Eurasian wildlife is made up by wild organisms of the Palearctic Region, which includes Europe and North Africa, as well as much of Asia (Asian Russia, the northern Middle East, Central Asia and most of East Asia). South and Southeast Asia make up the Indomalayan region. Sub-Saharan Africa and the Arabian peninsula make up the Afrotropic region.
|Major wildlife regions|
North America • Central & South America • Africa • Madagascar • Eurasia • South & Southeast Asia • Australasia • Arctic • Southern Ocean
The Palearctic region has several climate zones from north to south. Most of them stretch all across the Afro-Eurasian landmass, from the Atlantic to the Pacific.
- The Arctic tundra. Winters are long and freezing, and even summers are cold, with average temperatures below 10 °C (50 °F) all year
- The boreal forest or taiga; a belt of conifer forest covering much of the Nordic countries and Russia, as well as northeast China. Climate is boreal with freezing winters, and short warm summers
- A temperate zone naturally covered by broadleaf forests and temperate grasslands. As most of this zone is used for farming, natural habitats are rare. Climate is temperate with occasional snow at winter, and warm summers
- Mediterranean climate with warm, dry summers, and cool, rainy winters
- Subtropical desert climate, hot and dry year round, especially during summer
Many of the Eurasian animals, especially the Arctic and sub-Arctic species, are also prevalent to the North American wildlife in the Nearctic realm.
While western Europe and eastern Asia are very highly exploited by humans, most countries have at least some areas of nature, where wild animals can be seen.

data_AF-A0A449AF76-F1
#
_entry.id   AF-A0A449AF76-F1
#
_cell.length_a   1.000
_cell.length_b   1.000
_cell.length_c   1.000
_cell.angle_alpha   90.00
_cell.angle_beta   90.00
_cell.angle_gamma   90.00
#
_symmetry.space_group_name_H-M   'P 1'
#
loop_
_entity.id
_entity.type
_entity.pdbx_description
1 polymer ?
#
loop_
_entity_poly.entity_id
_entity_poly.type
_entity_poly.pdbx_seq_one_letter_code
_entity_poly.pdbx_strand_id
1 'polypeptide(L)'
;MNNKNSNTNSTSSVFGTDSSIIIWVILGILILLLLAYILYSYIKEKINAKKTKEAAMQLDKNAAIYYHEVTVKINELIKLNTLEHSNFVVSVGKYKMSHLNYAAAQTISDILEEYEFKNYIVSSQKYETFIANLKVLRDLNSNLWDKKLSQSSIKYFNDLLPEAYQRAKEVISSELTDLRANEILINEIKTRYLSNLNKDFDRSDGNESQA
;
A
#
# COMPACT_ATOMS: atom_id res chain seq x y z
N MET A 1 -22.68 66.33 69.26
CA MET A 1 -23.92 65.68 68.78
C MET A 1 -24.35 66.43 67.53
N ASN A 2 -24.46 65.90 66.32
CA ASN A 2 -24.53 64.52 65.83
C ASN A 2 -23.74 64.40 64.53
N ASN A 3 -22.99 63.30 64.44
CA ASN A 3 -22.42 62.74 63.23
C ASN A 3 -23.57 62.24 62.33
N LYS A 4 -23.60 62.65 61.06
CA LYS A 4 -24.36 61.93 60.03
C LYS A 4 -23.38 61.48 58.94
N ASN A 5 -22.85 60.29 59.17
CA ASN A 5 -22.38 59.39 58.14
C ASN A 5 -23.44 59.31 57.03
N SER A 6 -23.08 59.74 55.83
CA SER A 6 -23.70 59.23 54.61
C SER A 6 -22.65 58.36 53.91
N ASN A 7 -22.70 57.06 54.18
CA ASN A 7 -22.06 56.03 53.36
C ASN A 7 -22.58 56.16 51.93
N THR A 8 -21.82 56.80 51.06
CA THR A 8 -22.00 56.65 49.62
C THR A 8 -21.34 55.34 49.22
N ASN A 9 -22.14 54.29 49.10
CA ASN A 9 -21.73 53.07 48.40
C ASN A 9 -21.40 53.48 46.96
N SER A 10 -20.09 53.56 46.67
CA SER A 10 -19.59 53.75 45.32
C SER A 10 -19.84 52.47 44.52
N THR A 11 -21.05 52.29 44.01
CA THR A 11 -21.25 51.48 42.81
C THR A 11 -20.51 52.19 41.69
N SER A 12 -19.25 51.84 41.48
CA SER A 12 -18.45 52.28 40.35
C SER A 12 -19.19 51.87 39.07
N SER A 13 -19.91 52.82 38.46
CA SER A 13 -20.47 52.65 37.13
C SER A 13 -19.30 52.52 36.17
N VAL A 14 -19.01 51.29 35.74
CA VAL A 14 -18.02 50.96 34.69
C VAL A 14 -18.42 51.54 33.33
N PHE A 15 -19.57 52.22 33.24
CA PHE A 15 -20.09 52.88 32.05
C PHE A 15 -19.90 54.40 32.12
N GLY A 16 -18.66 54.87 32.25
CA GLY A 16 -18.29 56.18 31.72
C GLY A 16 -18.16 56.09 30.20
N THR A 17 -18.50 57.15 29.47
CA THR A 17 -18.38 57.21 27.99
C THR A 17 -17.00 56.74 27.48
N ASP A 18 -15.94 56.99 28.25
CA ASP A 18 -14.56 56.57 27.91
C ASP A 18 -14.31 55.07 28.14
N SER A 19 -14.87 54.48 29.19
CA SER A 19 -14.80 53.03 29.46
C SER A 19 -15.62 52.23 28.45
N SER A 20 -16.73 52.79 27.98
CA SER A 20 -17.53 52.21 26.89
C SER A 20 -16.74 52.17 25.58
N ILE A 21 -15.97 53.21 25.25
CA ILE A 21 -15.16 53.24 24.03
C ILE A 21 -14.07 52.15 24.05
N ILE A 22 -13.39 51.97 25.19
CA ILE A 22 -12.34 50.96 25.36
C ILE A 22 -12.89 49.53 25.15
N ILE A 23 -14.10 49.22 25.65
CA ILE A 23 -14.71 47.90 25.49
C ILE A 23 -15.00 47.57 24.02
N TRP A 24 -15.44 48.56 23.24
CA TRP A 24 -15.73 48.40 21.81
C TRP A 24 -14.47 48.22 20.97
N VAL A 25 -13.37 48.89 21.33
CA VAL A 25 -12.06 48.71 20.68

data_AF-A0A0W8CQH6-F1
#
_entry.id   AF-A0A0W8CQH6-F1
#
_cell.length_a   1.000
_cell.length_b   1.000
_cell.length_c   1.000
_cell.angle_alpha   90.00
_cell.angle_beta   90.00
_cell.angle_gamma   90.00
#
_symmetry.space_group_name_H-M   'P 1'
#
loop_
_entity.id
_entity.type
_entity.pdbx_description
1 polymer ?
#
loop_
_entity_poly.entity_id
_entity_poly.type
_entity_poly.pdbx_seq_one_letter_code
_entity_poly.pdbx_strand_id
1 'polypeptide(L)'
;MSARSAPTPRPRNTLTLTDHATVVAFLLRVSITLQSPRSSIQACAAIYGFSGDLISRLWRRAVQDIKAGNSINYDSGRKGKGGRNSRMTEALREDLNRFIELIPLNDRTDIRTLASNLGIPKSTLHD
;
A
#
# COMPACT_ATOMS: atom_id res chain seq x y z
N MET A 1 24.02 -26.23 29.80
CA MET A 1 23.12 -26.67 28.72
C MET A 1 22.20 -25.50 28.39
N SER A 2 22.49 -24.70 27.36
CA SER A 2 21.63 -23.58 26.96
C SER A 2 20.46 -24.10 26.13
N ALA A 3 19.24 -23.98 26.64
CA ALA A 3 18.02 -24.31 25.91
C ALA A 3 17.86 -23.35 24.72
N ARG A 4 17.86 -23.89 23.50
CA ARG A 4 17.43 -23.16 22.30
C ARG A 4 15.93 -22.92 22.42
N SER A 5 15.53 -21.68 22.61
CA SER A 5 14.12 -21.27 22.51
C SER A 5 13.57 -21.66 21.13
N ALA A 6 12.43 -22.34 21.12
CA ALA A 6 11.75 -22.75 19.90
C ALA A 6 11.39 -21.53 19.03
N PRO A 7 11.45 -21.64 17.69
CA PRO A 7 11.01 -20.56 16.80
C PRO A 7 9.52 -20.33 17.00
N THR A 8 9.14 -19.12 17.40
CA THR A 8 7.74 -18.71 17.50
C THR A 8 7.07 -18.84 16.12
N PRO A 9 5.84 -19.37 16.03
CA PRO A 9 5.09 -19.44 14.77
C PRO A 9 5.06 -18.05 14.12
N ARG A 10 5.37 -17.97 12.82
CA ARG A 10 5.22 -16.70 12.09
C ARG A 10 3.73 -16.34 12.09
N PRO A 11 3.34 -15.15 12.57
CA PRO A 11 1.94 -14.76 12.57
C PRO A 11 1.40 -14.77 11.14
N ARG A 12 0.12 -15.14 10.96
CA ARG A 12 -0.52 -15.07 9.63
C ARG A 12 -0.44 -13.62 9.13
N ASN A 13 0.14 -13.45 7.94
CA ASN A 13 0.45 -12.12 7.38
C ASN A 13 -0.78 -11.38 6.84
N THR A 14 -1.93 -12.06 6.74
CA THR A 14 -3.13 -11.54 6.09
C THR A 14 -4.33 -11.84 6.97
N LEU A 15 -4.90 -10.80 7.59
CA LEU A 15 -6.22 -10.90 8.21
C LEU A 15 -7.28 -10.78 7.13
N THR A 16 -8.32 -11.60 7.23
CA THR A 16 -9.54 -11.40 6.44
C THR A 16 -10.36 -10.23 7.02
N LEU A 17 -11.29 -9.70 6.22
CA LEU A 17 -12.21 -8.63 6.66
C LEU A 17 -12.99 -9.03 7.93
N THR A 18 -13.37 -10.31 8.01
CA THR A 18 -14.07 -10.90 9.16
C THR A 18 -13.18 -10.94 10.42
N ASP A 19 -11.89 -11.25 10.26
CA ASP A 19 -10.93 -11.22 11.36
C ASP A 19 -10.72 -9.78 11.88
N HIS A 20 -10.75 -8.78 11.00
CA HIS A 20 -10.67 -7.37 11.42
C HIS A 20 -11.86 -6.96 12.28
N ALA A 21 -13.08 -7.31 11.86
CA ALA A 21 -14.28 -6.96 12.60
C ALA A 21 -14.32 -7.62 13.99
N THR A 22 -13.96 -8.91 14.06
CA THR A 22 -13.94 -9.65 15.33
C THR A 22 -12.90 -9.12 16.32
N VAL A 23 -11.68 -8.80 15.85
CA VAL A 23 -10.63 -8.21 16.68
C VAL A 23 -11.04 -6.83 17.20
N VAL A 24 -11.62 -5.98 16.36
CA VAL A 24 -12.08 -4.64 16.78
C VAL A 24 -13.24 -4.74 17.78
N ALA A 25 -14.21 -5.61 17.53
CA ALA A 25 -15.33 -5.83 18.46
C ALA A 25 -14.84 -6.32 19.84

- See also: Hiking in the Nordic countries#Wildlife
The brown bear (Ursus arctos) is the most widespread bear species, and can be found across Scandinavia, Russia, the Pyrenees, Alps, and the Balkans. Bears can kill a human with a single well-placed blow but do not generally act aggressively towards humans unless they feel provoked.
The Asian black bear (Ursus thibetanus) is smaller than the brown bear, and a distinct species from its American counterpart. They can be distinguished from American black bears by the white V-shaped patch of fur on their chests, and also tend to be smaller in size. They can be found in Japan, Korea, the Russian Far East, Taiwan, much of mainland China, the northern part of South Asia and Southeast Asia, Afghanistan and Southeastern Iran.
The grey wolf (Canis lupus) is the largest member of the dog family, and the wild ancestor of domestic dogs. It still has small populations throughout Eurasia, with Russia home to most (over 25,000), China home to about 12,500, Spain home to a growing population of over 2,000, and also extant populations in Finland, Sweden and several countries in Central Asia and the Middle East. Wolf populations are establishing themselves in areas that had previously exterminated them, such as Saxony, Brandenburg, and even Franconia in Germany, as well as Norway, with plans to reintroduce them to some areas where they have been hunted to extinction. Wolves rarely attack humans but folklore gives them an exaggerated dangerous reputation. Hunters and farmers fear the economic damage their attacks on deer and livestock can cause.
The Eurasian lynx (Lynx lynx) is the largest feline in Europe. They are widespread across boreal Eurasia, but nocturnal and a rather rare sight.
The red fox (Vulpes vulpes) is the largest fox, spread across Eurasia as well as North America. As a scavenger and a predator of small animals, it can be seen in human settlements. They have been domesticated to some extent, and continue to be farmed for their fur in Finland and Russia. The Russians have also experimented with selectively breeding foxes that are suitable to be kept as pets. While too small to be of any significant danger to humans (save for carriers of zoonotic diseases such as rabies), they are considered to be pests by farmers as they will prey on smaller livestock such as chickens and ducks. They sometimes also eat smaller pets such as rabbits, guinea pigs and mice, making them a concern for pet owners.
The Arctic fox (Vulpes lagopus) is severely threatened in Scandinavia but quite common in northern Siberia. Variants are farmed for their fur.
The polar bear (Ursus maritimus) is the largest bear, endemic only to the Arctic. It is one of few species to prey on humans, and people in polar bear country need to carry a gun for their own safety. Svalbard and Novaya Zemlya are among the most likely places to see a wild polar bear.